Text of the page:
In the first example we use dork: “inurl:index.php?=” and find about 3,600,000,000 results. Not all will be vulnerable but if only 1% of that result will be this is 36,000,000 in potentially hacked databases. 

Let’s check the second example;  for this, we use dork:”inurl:index.php?page=” and find about 386,000,000 results. Let’s use the same math method as in the previous example: if we have 1% of vulnerable sites, we`ll have about 3,860,000 in potentially hacked databases.

In the third example we use shopping dork:”inurl:products.php?cat=” and find about 1,970,000 results. What does this mean — “shopping dorks”? It means that hackers can get not only emails and passwords from databases, but also they can get credit cards details.

  In the fourth example we also use shopping dork: “inurl:product.php?pid=” and find about 895,000 results. 

57% of websites are potentially vulnerable to SQL injection. And this applies to most companies in the world – be it a small business or an international corporation. This applies to everyone! Companies should always prioritize the safety of their resources, as well as the privacy of their customers. The opinions of small business owners that, due to their average sales figures or narrow territorial coverage, they are in a safe position and of no interest to hackers are completely and completely wrong! Hackers put such vulnerabilities on automatic search, and Google, by indexing pages in its search, only helps with this.

10 billion user data is potentially at risk if companies tend to make the security of their applications a secondary concern. Companies invest in marketing to increase their profits, while forgetting about security – the lack of which can destroy them. Most companies believe that securing their assets is more of an expense than a forward-looking investment. If a company, in the pursuit of profit, forgets about the protection of its users and customers, then the user / client must himself decide not to trust his personal data to this company!


  • Using Prepared Statements 
  • Using Stored Procedures
  • Whitelist Input Validation
  • Escaping All User Supplied Input

Prepared Statements

Prepared statements provide that a hacker can not transform the intention of a query, even an attacker includes SQL commands. In the safe example below, if an attacker needed to input the userID of ben’ or ‘1’=’1, the parameterized query would not be vulnerable and would instead search for a username that textually matched the entire string ben’ or ‘1’=’1.

Developers like the Prepared Statement method because all the SQL code stays in the app. It provides comparative independence of your application from database.

Stored Procedures

Stored procedures are sometimes not protected from SQL injection. But specific standard stored procedure programming constructions affect the same way as using parameterized queries when performed securely which is the rule for the majority of stored procedure languages.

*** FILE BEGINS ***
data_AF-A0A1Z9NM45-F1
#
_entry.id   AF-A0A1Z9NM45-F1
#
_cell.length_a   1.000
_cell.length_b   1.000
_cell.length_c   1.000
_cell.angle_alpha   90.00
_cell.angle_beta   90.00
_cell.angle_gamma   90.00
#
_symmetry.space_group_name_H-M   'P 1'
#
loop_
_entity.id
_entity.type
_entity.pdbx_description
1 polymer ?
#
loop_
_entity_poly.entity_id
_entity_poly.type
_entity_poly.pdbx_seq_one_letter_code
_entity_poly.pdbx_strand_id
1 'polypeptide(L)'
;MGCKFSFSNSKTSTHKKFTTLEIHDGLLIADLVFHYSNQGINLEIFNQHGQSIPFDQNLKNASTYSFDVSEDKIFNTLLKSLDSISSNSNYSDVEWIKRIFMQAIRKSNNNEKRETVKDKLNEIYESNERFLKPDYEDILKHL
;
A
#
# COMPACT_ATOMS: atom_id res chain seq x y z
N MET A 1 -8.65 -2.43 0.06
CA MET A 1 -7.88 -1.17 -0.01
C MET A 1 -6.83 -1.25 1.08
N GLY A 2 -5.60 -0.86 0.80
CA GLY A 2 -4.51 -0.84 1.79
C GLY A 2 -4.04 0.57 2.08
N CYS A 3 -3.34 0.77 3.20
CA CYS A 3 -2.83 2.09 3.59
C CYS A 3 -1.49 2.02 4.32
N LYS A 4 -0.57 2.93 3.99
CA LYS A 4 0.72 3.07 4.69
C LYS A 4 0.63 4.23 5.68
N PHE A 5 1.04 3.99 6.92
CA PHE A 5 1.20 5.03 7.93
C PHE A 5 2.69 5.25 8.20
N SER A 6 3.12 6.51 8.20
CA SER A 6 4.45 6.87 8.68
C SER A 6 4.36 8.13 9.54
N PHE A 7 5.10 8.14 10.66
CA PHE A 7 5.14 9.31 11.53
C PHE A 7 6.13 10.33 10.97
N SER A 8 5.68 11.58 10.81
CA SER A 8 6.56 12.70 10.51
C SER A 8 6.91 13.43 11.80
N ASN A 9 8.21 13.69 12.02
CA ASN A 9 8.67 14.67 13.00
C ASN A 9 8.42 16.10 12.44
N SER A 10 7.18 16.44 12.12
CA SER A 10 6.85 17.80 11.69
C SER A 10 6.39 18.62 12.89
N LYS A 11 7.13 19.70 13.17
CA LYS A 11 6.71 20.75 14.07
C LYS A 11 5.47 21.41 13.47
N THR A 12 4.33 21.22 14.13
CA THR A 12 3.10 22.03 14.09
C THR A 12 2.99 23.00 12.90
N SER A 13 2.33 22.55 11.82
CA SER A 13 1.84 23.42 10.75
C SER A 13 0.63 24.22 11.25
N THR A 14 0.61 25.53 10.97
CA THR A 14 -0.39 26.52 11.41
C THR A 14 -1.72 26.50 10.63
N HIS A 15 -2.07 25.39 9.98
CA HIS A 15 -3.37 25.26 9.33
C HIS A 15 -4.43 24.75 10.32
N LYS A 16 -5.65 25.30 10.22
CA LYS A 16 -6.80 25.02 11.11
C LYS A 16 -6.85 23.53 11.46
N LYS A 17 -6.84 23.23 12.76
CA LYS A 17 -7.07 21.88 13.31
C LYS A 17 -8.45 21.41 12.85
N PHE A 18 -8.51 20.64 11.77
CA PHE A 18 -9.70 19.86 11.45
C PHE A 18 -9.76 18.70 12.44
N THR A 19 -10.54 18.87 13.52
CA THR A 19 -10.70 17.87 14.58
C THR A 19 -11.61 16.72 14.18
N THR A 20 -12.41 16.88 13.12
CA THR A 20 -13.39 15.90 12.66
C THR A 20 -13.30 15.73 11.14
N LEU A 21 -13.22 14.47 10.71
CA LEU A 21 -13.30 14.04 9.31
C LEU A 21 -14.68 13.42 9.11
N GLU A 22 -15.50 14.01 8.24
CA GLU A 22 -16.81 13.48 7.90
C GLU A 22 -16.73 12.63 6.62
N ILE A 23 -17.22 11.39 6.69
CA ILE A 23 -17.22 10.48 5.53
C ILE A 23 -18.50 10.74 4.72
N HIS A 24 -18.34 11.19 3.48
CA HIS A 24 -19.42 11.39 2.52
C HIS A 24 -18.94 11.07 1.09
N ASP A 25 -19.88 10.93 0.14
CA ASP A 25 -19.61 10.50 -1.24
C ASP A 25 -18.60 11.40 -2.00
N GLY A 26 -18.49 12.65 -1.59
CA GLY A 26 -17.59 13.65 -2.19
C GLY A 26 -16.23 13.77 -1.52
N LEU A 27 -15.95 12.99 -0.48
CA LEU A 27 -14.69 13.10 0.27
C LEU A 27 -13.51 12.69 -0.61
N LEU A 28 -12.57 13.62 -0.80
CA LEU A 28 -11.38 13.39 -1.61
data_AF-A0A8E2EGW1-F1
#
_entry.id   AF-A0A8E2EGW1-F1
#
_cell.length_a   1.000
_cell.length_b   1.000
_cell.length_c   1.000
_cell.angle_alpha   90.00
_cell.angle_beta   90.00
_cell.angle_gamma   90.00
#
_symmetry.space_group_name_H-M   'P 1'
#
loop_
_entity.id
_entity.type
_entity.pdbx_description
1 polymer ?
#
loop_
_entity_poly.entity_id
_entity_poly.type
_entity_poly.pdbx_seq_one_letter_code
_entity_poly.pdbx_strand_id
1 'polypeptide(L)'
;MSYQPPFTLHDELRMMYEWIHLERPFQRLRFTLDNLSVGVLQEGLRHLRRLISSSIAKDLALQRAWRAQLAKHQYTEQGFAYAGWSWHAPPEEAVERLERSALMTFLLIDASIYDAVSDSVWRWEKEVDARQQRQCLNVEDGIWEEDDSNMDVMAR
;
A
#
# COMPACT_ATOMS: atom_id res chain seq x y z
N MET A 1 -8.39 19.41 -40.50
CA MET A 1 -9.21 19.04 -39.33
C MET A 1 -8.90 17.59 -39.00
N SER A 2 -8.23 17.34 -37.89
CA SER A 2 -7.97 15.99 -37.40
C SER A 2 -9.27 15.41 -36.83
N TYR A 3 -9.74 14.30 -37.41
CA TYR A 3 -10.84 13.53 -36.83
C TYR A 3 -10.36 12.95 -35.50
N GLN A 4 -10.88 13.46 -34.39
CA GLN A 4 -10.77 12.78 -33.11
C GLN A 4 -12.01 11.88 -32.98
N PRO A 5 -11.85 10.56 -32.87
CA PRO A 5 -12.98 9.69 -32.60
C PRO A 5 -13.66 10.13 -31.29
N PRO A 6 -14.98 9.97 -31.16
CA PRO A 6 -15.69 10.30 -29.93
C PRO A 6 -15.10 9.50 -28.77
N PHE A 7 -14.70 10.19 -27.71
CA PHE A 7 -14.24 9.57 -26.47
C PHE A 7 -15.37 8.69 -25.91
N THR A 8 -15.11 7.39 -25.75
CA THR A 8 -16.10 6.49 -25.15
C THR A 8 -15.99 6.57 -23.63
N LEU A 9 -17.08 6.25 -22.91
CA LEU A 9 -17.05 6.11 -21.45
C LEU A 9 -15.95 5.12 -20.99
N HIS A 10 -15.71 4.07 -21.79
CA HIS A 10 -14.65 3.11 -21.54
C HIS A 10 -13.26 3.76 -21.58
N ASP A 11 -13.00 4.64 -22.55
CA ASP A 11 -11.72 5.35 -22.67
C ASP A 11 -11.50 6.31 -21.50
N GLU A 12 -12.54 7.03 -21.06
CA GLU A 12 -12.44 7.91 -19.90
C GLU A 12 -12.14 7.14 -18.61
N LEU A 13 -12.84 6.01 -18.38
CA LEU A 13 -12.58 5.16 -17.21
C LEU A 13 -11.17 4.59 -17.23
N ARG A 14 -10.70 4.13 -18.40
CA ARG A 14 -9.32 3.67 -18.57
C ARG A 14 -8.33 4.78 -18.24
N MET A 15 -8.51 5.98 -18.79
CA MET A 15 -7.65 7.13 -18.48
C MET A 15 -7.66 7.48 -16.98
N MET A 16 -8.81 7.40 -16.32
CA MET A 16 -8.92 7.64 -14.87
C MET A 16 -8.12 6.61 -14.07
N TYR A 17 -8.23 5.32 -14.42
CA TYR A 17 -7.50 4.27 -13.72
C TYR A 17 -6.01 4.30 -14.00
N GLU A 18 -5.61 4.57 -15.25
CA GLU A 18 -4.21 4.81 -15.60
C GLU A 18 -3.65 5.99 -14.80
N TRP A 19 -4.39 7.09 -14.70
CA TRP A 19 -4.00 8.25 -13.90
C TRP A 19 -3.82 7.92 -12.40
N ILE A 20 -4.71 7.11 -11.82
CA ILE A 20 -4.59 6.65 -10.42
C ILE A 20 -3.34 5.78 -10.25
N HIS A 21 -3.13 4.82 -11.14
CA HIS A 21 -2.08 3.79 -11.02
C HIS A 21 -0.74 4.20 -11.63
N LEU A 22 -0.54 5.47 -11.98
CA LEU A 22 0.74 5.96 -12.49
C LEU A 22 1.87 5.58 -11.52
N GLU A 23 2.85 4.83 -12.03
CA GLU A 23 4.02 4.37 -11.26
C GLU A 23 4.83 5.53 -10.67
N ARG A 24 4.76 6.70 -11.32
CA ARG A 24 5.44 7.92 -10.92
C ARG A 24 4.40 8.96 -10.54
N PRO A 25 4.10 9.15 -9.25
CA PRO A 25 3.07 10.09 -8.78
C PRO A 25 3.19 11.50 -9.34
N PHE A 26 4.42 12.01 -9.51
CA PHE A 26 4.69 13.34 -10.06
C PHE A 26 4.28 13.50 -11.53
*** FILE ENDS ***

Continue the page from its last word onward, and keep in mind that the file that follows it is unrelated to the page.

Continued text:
Stored procedures demand the developer to just design SQL statements with arguments that are automatically parameterized if only the developer is doing something substantially out of the rule. The distinction from prepared statements is that the SQL code for a stored procedure is defined and stored in the database itself, and then is requested from the app. These mechanisms have the equal efficiency in averting SQL injection so your institution can select which mechanism you need.

Whitelist Input Validation

Different parts of SQL queries aren’t legal places for the using bind variables, such as the names of tables or columns, and the sort order indicator (ASC or DESC). In such cases, input validation or query redesign is the most suitable protection. For the names of tables or columns, primely, those values come from the code, and not from user parameters.

If user parameter values are used for targeting various names of table and column, the parameter values need to  be charted to the legal/expected table or column names to assure unvalidated user input does not end in the query. Please pay attention, it is a sign of low development and a complete overwork needs to be reviewed if it is enough time.

Any time user input can be transformed to a non-String, like a date, numeric, boolean, enumerated type, etc., before its adding to a query, or used to choose a value to add to the query, this assures to be secure.

Input validation is also advised as well as a subordinate protection in ALL situations, even when using bind variables as is described below in the paper. More mechanisms of performing severe whitelist input validation are reported in the Input Validation Cheat Sheet(you can find it on OWASP website).

Escaping All User-Supplied Input

This mechanism is solely used as a latter treatment when others described are not executable. Input validation is likely a better option as this methodology is weakly compared to other protections, and we can’t assure it will preclude all SQL Injection in all cases.

This mechanism is to avoid user input before you put it in a query. Its implementation is very database particular. It’s commonly just advised to modify legacy code when realizating input validation is economically ineffective. Apps designed from scratch, or apps demanding low risk toleration should be designed or overworked with parameterized queries, stored procedures, or some Object Relational Mapper (ORM) that designs queries for you.


At the end of this research, we would like to draw conclusions about such a dangerous and critical vulnerability, which hits not only the companies’ database, but also the customers themselves who eventually become victims of phishing attacks, as well as revealing their passwords, which are usually used on other services.

Therefore, in order to always keep your finger on the pulse of the security of your web applications, you need to regularly do a Web Risk Assessment Scan, specially developed by Hacken experts who will indicate the existence of a problem.